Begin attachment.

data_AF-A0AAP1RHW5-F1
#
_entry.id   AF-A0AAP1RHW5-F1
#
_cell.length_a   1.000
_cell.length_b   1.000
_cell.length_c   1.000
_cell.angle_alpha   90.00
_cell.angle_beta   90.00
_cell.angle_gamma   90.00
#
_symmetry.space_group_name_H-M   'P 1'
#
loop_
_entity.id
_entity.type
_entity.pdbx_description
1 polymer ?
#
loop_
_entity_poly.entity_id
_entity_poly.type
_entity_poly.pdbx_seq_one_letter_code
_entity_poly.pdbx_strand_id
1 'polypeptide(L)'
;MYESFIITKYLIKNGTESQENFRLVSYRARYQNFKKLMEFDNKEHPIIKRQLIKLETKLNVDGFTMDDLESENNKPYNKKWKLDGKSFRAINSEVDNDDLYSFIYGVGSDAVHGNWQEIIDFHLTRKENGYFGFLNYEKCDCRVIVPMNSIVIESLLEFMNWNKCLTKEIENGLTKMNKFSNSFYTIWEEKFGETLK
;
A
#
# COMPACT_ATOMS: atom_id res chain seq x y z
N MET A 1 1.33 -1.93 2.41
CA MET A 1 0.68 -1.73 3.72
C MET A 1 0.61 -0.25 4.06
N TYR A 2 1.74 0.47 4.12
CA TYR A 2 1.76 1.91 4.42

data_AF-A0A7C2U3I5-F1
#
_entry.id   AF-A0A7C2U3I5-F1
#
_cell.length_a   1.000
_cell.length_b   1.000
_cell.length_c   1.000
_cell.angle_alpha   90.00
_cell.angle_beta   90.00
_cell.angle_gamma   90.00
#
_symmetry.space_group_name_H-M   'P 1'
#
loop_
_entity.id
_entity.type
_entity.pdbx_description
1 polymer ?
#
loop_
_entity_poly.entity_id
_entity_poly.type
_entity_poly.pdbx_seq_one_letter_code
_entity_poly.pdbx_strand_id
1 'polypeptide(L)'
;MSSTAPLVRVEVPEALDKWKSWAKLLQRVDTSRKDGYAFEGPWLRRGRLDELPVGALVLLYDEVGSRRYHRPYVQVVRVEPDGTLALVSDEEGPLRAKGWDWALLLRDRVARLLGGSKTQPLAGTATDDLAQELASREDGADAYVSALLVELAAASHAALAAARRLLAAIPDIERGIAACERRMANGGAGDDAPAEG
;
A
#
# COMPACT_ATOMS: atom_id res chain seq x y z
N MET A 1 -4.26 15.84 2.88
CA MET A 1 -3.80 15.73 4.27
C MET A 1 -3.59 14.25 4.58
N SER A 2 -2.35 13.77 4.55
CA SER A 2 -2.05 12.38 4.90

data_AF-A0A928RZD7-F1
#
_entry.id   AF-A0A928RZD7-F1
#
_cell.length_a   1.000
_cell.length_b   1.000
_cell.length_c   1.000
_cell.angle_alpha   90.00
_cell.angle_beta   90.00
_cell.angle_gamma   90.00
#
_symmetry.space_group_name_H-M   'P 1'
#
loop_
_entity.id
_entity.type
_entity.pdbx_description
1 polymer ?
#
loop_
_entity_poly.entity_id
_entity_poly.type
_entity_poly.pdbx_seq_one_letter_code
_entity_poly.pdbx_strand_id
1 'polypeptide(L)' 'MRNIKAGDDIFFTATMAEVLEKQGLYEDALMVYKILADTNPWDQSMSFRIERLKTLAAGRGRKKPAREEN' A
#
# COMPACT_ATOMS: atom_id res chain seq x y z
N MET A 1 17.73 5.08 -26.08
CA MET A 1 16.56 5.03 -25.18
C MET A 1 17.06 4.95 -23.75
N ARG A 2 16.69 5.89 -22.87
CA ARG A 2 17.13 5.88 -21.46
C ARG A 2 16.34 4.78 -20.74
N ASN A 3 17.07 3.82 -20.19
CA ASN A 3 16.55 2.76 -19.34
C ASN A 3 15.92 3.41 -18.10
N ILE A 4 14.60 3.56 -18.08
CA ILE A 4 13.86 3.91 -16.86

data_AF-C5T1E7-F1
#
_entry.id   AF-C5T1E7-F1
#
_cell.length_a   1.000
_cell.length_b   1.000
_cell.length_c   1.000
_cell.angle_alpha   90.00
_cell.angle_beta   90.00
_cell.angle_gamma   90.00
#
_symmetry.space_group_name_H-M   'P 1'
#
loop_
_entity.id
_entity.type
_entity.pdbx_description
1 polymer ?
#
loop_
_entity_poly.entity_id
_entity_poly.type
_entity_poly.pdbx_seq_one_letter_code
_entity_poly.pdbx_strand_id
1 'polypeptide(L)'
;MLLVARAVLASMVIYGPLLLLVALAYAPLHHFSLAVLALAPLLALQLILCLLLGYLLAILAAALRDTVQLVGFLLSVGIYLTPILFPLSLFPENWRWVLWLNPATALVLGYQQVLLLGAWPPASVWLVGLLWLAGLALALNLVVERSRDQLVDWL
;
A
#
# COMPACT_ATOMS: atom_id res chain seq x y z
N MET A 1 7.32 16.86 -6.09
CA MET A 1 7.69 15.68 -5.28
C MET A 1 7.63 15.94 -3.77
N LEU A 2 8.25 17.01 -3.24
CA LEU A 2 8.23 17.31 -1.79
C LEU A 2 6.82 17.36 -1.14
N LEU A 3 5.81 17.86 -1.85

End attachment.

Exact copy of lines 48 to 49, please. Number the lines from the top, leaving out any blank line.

#
loop_